The latest entry into Google’s Nexus lineup, the LG Nexus 4 has been off to blazing start. Although Google (or maybe LG) screwed up the whole shipping process by delaying orders for several weeks, the phone has been receiving great response from users for its excellent user experience of Android 4.2 Jelly Bean and a solid physical build.
However, every phone has some shortcomings and in Nexus 4’s case, it’s the battery life. Although the phone carries a decently big 2100mAh battery, the phone struggles to run for long when using mobile data and the phone’s modem driver is to be blamed here.
Assuming that you own a Nexus 4 (since you’re reading this post), you will notice that the Android OS (or Android System) process present in your battery usage page (Settings > Battery) usually amounts for a fairly high amount of battery usage even when you’re not using the phone (like overnight) with mobile data turned on.
What’s Exactly Causing it
This problem is basically related to a process that shows up as “msm_hsic_wakelock” in BetterBatteryStats, an app that shows battery usage and wakelocks in a very detailed manner. While searching the internet for a solution, I learned that this process is used by Android for any kind of activity related to mobile data. For example, when the Gmail app in your phone requires data connectivity for syncing your emails, this process gets called, waking up the device from sleep.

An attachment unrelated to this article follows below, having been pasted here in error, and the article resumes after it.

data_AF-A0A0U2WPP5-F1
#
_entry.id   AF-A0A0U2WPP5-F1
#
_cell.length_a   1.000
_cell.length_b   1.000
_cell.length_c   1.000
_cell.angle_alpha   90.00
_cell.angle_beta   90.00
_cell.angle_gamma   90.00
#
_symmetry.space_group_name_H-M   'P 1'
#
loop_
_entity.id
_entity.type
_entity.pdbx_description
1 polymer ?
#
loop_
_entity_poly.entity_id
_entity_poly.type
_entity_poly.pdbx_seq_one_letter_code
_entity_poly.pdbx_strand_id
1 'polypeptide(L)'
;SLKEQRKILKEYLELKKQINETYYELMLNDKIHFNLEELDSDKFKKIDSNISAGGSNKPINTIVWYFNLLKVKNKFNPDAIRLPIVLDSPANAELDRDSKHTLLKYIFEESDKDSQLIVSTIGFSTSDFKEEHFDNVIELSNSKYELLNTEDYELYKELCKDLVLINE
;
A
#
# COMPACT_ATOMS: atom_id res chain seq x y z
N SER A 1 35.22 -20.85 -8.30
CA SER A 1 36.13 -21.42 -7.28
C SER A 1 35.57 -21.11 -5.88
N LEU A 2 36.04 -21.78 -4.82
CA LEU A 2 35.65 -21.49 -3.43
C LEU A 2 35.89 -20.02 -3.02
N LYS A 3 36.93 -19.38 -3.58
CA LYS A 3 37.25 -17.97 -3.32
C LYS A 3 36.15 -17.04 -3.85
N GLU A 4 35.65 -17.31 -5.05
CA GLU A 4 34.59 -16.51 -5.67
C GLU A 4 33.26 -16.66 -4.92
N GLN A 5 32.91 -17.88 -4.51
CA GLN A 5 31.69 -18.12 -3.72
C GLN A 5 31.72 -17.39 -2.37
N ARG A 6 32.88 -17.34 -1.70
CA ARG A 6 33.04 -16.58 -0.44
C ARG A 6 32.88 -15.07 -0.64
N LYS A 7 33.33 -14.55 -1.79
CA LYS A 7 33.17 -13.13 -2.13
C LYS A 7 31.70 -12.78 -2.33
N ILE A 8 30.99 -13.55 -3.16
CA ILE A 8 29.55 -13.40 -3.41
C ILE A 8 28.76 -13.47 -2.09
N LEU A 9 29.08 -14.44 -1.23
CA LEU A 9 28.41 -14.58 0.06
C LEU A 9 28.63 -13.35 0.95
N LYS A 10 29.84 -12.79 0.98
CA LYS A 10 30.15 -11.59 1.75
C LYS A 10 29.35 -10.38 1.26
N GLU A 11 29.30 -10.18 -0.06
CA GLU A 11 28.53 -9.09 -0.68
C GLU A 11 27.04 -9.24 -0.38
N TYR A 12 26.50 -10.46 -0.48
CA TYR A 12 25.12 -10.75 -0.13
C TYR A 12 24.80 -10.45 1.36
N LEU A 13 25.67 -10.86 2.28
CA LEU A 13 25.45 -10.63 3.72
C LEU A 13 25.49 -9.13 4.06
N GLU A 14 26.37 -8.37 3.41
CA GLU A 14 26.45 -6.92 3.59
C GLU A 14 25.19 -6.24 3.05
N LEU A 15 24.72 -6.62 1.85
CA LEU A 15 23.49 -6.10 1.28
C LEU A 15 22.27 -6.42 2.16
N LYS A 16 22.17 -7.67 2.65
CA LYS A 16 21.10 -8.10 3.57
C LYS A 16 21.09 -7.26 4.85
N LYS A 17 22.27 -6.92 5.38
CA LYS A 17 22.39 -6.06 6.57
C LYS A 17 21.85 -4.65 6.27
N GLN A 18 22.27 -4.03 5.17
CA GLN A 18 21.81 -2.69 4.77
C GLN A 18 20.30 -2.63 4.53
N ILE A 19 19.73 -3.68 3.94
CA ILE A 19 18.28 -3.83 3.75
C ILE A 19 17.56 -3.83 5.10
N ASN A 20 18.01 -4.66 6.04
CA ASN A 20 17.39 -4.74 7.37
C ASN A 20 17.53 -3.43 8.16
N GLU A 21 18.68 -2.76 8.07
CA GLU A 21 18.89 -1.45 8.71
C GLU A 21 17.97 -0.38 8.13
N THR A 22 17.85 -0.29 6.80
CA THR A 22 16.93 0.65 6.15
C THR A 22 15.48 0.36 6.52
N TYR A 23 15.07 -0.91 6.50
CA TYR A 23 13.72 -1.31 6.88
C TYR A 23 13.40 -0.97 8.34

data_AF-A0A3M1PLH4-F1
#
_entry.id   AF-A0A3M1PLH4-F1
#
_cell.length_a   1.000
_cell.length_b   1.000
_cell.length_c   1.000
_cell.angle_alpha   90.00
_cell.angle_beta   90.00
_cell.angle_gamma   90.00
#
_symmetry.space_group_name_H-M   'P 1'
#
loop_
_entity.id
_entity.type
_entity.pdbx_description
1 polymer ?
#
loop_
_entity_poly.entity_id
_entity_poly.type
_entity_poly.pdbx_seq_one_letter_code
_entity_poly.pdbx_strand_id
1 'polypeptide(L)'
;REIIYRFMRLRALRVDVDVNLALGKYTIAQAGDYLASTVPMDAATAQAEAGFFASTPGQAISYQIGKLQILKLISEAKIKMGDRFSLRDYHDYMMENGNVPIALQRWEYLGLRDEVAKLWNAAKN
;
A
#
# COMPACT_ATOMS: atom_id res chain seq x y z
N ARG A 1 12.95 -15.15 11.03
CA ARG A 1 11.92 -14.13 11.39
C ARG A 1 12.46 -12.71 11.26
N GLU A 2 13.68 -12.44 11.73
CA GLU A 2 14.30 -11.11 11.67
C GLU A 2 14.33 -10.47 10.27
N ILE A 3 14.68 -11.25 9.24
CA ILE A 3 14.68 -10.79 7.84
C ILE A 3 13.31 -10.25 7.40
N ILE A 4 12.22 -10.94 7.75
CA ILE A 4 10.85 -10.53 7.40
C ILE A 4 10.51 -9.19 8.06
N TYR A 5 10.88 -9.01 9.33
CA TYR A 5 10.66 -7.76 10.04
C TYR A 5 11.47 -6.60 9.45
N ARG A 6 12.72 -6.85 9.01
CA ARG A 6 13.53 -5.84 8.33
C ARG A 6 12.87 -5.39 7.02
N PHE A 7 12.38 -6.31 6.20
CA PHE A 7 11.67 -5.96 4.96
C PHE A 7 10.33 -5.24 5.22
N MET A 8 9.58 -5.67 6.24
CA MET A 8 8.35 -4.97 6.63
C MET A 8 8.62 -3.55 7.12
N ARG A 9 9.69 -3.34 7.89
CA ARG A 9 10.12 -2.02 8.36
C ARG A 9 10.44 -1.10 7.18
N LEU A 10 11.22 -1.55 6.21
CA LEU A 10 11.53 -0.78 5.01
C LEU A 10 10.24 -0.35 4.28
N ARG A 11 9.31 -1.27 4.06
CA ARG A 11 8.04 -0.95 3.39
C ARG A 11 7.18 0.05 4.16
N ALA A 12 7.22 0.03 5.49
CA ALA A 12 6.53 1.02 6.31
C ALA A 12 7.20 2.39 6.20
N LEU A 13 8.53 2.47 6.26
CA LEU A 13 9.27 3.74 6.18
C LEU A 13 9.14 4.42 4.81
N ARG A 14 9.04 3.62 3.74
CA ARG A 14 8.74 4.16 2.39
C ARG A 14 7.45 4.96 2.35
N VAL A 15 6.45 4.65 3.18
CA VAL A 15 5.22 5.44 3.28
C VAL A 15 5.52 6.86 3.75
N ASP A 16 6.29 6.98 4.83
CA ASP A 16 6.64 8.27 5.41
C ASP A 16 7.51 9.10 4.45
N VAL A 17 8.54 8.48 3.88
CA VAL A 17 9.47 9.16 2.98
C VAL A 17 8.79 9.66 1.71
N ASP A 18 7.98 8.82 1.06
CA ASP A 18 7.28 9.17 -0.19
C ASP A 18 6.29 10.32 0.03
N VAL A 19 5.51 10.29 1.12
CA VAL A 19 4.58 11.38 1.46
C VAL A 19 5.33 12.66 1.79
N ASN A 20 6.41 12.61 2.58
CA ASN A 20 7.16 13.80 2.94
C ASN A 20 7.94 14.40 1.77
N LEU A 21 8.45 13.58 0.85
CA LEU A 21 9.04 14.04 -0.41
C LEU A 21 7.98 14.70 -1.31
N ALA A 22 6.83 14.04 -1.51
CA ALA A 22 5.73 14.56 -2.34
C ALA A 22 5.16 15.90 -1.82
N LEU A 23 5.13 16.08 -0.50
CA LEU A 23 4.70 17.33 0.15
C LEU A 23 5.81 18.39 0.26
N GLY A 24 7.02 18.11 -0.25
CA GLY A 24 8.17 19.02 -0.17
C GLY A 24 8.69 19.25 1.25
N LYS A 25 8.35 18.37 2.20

The real problem in Nexus 4, however, is that some bug in the modem’s driver doesn’t allow the phone to return to sleep mode after being woken up. This way, the Nexus 4 fails to go into deep sleep mode for saving power.
Solution to Nexus 4 Android OS Battery Drain Caused by the msm_hsic_wakelock Process
A driver-level problem like this can only be solved by Qualcomm, which is the manufacturer of Nexus 4’s chipset. While the company is yet to deliver an official update, Qualcomm has already started sharing the details for patching this bug with various developers for testing purpose.
One such developer is Francisco Franco who has incorporated the patch in his kernel for Nexus 4. Until the phone receives an official update, you can flash the custom kernel to solve your Nexus 4’s severe battery drain problem caused by the msm_hsic_wakelock process.
Note: Before you proceed, please note that flashing a custom recovery requires your Nexus 4’s bootloader to be unlocked. Here’s a detailed guide for doing so:
I’ve been using the kernel (franco) for a day and I can confirm that the excessive wakelocks caused by the msm_hsic_wakelock process have been minimized to a large extent.
Update: So it seems like Harsh, a well known developer at XDA, was the first to implement this patch in his kernel. After using his kernel for more than three days, I think it’s pretty safe to say that his kernel performs considerably better than franco’s in terms of reduced wakelocks as well as CPU performance.
Wait! What is a Kernel?
Think of the kernel as an interface layer between the hardware and software on your device. The kernel decides when things happen, such as the LED indicator gets lit. An application sends a request to the operating system to blink the LED. The operating system then sends the request to the kernel, which makes the light flash for the amount of time requested by the OS.
For a detailed explanation, please refer to this excellent article over at AndroidCentral.